As it just seems to do on a predictable basis it went up and then down. They don’t need to report earnings to make significant price movements. The only difference was that today at least there was something going on that could be called a reason for the move.
Everyone was expecting disappointing numbers, which of course is why share price went up admirably from Monday through Wednesday.
As luck would have it, it went down sharply today and is now below the strike price, with expiration on Friday. Why ot went down when everyone was expecting bad news and why it first went up in advance of the expected bad news earnings?
Yeah, as if that scene’s never been played out before.
You just have to get used to it and go with it.
I could do these kind of weekly trades every week.
In fact, I do.
On the other hand, the ProShares UltraShort Silver doesn’t come with a weekly ETF, but it really doesn’t matter. Silver goes up big on one day and goes down big the next.
I sell the call options, buy them back, sell them again, buy them back again.
You get the idea.
The share price of the ETF is virtually unchanged from where I bought it, but that volatility brings a great premium. Actually, whereas I usually sell near the money options, the volatility and resultant premiums for this ETF were so nice, that I’ve been selling well out of the money options, balanced with some at the money options, so that I could benefit from the stock’s capital gains, receive options premiums with less risk of being assigned and also receive heightened premiums that are very responsive to the stocks moves.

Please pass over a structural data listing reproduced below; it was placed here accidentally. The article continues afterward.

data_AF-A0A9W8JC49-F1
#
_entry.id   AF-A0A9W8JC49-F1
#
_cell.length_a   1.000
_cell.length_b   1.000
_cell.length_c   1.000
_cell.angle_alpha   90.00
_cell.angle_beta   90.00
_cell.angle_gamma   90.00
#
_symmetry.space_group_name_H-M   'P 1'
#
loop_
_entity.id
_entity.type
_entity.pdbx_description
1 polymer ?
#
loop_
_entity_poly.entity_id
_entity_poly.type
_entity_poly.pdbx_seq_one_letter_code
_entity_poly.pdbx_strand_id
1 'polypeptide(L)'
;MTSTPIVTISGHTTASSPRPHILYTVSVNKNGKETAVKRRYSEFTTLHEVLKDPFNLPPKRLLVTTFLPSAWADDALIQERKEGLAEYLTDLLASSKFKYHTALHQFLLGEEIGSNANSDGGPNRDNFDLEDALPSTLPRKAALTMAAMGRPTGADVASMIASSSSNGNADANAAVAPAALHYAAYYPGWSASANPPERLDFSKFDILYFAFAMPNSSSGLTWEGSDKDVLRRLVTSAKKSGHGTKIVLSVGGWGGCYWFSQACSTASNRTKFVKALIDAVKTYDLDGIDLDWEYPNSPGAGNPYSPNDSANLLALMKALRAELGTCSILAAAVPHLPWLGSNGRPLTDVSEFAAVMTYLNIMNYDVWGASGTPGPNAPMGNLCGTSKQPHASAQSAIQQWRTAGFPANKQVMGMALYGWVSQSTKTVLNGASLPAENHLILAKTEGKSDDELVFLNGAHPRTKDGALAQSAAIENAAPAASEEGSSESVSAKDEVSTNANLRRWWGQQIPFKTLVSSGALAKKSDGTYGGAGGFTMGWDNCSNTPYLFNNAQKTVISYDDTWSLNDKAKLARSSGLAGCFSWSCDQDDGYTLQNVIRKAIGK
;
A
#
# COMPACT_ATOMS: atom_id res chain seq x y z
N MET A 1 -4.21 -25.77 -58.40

Today, for example, with silver falling and the ETF share price rising, when it hit $14, I sold $16 calls expiring next Friday for $0.34 per share net. That’s on top of the $0.62 and $0.57 per share netted the past 2 weeks on those same shares.
But I also sold some $14 calls on Monday, when the share price was $14 for a $1.19 premium.
The last month’s options cycle was the same.
And the one before that?
I guess that’s why some people like annuities. They’re so predictable, just like groundhogs.
As an investment, I’d rather not have an annuity, but I don’t mind if my shares throw off predictable options income and start annuitizing themselves.
Now if life really was like portrayed in Groundhog Day, I would certainly banish my lack of nerve that popped up yesterday and I would have sold calls on Sallie Mae and Mosaic.
As it turned out, Sallie Mae gave up most of the gain that it made on Wednesday.
Mosaic on the othre hand went up a bit more, but each day that no new rumors pop up is just another day of lost opportunities to bank some premiums.
But, the one thing I know is that the opportunity will return and I’ll never tire of doing the same thing over and over.
As opposed to the personal hell that Bill Murray found himself in until he found the key to navigating through hell, I feel as if I’m in heaven.
What may be going on is that the market represents the inverse of the Groundhog Day experience.
While everything changes around you, the best way to thrive is to keep doing the same thing.
Inertia is a terrible thing to waste.